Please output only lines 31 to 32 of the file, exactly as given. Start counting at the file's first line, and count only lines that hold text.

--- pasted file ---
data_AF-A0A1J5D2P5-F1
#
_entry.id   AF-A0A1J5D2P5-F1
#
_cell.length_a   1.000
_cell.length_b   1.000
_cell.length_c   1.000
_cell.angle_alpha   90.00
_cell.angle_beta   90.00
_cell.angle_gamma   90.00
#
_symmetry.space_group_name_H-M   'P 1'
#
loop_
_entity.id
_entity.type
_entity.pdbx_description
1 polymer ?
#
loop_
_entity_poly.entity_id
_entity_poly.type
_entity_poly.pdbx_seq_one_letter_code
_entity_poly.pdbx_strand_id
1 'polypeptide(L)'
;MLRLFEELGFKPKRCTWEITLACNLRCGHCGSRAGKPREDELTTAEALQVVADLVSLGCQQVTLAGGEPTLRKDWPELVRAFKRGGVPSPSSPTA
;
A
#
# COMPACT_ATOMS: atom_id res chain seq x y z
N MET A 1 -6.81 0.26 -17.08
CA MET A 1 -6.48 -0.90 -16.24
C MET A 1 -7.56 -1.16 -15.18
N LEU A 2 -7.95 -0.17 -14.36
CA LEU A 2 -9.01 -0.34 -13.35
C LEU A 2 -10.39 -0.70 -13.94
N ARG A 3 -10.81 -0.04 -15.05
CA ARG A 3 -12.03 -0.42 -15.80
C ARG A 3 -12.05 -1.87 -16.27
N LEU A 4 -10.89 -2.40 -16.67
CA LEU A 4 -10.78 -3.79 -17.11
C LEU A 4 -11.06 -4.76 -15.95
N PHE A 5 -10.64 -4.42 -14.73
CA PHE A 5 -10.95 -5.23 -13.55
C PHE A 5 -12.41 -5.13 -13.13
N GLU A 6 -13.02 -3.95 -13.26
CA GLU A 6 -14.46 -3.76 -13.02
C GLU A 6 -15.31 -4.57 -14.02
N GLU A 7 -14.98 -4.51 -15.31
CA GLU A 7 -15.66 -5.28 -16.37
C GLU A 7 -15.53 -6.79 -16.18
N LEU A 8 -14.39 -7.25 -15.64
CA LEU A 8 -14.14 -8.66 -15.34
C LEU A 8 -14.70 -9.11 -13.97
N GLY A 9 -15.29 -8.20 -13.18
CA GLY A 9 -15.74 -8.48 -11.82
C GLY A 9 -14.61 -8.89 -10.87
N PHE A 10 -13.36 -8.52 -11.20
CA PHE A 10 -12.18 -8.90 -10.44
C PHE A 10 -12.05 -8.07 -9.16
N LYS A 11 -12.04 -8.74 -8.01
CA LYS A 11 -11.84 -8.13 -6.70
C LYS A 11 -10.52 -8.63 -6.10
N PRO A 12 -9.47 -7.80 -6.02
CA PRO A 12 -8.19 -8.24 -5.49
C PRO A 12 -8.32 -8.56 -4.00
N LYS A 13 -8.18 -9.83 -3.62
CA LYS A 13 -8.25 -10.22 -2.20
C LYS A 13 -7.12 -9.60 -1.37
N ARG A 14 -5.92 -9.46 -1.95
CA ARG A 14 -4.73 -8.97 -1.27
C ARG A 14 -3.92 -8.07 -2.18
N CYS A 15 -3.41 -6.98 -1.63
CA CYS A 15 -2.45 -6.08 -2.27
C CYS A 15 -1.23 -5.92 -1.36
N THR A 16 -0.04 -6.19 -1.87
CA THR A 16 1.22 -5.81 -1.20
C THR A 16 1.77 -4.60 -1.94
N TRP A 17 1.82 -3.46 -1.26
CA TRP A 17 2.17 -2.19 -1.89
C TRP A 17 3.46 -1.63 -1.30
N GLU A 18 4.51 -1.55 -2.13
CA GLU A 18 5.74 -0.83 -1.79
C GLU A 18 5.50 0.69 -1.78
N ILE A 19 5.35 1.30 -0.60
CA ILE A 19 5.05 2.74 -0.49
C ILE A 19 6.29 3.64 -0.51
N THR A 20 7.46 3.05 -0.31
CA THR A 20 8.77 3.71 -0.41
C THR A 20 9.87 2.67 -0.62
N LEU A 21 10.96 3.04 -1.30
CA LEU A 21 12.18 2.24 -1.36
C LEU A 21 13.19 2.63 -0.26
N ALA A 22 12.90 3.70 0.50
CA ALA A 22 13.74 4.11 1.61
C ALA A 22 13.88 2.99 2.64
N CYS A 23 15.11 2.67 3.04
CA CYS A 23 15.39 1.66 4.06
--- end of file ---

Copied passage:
N MET A 1 -6.81 0.26 -17.08
CA MET A 1 -6.48 -0.90 -16.24